Group of positive children playing red rover outdoors
Red Rover Rules
Divide a group of people into two teams. Each team should have the same number of people.
Form two lines. The two teams should face each other, and the members of each team should join hands.
Decide which team must go first. That team looks at the members of the opposing team and picks the person that they want to come over. They then chant, “Red Rover, Red Rover, send ____ right over!” The child whose name was called runs as fast as he can toward the opposing side. If he breaks through the arms of any two team members, he can choose one team member to bring back with him as he returns, victorious, to his own side. If he does not succeed in breaking through the arms of any two team members, he becomes a member of the opposing team.
Repeat step three with the opposing team. They now get to call a member over from the first team.
Play Red Rover until one side has all the team members. (With this method of ending Red Rover, note that all the children are winners, because they all end up on the same side.) If time is short, the team with the most people wins.
The origin of the game Red Rover is not clearly documented, but some facts about the game’s early days are known. The game seems to have originated in Britain in the 19th century. Historians have record of the game being played in 1930. From Britain, the game spread all over the world, was given a new and localized name in each area where it became popular.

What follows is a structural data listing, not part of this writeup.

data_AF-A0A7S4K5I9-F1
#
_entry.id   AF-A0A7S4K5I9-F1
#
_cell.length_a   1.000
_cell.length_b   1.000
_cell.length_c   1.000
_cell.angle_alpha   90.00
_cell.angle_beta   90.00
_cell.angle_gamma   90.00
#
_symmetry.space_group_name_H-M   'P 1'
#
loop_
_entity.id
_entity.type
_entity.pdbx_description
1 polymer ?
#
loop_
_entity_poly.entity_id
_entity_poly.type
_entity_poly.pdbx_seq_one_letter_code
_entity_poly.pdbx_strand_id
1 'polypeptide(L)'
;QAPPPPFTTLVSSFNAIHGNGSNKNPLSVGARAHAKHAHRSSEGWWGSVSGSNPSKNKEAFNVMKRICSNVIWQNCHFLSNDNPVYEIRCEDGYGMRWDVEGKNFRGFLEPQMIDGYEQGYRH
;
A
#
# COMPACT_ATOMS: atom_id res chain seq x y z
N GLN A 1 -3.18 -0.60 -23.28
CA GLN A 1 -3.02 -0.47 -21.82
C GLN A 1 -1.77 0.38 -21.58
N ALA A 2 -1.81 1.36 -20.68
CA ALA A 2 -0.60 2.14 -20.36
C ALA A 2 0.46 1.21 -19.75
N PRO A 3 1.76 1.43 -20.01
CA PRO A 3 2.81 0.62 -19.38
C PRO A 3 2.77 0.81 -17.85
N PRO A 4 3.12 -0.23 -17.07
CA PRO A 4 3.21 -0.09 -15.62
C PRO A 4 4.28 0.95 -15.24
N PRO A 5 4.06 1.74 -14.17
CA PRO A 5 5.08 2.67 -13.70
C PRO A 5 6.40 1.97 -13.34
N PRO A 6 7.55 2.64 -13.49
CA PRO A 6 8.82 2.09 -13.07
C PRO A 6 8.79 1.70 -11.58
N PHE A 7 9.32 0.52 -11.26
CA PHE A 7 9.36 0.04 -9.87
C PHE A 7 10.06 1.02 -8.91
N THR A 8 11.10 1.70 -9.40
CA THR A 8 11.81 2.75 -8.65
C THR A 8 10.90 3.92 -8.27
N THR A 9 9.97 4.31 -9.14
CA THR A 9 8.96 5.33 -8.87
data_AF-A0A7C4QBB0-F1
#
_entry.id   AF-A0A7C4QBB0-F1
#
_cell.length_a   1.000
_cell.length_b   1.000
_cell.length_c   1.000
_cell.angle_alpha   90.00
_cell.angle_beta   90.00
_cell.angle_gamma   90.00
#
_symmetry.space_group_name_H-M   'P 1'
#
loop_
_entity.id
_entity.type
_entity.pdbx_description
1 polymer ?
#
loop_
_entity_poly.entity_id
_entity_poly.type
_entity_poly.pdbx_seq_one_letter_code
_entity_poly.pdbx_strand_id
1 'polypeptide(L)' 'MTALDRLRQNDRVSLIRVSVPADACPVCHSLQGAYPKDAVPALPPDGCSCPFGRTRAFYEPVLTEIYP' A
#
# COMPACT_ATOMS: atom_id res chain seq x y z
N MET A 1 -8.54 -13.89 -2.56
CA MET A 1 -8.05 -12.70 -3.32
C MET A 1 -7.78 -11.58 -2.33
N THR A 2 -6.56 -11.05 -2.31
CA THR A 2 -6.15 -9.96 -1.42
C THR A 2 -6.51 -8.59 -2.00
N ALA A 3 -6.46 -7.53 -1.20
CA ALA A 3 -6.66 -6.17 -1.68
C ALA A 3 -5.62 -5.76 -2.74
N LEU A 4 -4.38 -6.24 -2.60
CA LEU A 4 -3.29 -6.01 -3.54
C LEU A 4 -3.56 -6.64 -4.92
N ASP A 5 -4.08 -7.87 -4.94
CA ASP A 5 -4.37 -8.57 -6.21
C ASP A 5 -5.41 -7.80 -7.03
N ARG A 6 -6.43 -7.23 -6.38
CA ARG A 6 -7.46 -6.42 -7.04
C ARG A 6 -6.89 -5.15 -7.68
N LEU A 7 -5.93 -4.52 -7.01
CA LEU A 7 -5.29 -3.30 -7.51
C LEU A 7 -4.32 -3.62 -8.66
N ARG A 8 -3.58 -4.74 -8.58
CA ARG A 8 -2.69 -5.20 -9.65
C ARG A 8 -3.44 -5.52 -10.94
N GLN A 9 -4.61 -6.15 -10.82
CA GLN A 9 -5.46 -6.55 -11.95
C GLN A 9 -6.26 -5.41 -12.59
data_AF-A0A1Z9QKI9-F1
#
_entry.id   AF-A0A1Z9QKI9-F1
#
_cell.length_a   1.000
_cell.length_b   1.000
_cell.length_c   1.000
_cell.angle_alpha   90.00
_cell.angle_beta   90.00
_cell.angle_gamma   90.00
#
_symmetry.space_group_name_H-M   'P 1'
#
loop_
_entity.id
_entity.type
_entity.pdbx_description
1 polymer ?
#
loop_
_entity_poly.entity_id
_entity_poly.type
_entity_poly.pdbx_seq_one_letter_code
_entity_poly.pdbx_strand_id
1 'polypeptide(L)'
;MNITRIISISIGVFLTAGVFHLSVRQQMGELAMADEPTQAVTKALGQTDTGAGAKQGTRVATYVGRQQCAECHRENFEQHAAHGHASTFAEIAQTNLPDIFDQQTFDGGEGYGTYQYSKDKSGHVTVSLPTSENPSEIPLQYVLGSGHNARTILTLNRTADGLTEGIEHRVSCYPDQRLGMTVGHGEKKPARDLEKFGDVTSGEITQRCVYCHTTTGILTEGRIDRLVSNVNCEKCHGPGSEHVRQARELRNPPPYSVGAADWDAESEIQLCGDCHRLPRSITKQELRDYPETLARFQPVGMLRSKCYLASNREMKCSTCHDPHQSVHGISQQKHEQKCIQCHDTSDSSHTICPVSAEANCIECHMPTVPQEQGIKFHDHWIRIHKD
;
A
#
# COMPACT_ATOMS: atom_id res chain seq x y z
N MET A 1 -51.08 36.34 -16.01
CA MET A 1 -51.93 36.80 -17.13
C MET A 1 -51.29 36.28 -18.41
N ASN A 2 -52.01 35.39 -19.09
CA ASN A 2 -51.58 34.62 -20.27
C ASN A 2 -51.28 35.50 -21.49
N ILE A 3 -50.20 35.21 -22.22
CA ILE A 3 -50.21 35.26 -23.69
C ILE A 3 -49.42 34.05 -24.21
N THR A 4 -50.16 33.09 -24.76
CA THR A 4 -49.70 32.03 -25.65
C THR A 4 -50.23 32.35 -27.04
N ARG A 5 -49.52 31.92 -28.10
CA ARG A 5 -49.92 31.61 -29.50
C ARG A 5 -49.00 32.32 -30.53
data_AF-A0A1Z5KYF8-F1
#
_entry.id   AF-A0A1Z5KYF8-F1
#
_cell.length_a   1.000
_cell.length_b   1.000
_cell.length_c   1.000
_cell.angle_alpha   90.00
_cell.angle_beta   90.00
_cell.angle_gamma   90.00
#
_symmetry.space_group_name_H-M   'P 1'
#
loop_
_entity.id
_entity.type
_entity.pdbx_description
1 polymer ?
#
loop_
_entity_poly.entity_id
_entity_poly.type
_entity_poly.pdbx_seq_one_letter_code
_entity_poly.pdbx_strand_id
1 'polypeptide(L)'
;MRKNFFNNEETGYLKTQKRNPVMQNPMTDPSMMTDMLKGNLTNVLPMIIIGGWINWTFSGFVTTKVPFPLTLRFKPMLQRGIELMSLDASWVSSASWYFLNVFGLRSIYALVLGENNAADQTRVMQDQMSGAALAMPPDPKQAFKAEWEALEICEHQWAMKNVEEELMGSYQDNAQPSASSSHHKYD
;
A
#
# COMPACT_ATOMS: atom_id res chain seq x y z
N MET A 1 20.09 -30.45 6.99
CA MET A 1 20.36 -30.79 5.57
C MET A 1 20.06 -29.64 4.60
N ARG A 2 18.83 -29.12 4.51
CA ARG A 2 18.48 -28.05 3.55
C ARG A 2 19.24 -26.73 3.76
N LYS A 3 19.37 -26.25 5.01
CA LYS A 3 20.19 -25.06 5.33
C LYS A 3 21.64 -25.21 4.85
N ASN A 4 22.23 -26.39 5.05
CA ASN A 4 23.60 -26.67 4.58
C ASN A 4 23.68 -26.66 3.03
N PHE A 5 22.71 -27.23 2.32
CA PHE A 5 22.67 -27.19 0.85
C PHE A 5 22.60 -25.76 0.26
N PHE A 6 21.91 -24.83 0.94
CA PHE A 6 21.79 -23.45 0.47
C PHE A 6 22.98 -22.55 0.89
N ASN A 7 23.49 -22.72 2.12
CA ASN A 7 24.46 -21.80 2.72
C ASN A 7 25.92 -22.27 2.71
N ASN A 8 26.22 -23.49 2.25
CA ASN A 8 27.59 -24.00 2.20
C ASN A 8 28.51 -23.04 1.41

The original name of the game Red Rover seems to have been Octopus Tag or British Bulldogs, as these names were used when the game spread from the United Kingdom to Australia and other parts of the British Commonwealth. There are variations of the game in China and Japan that have different names. The game is known as Forcing the City Gates in China. In Japan, the game is known as Hana Ichi Monme.
"Life is made up of small comings and goings
and for everything we take with us, we leave
a part of ourselves behind" - Summer of 42
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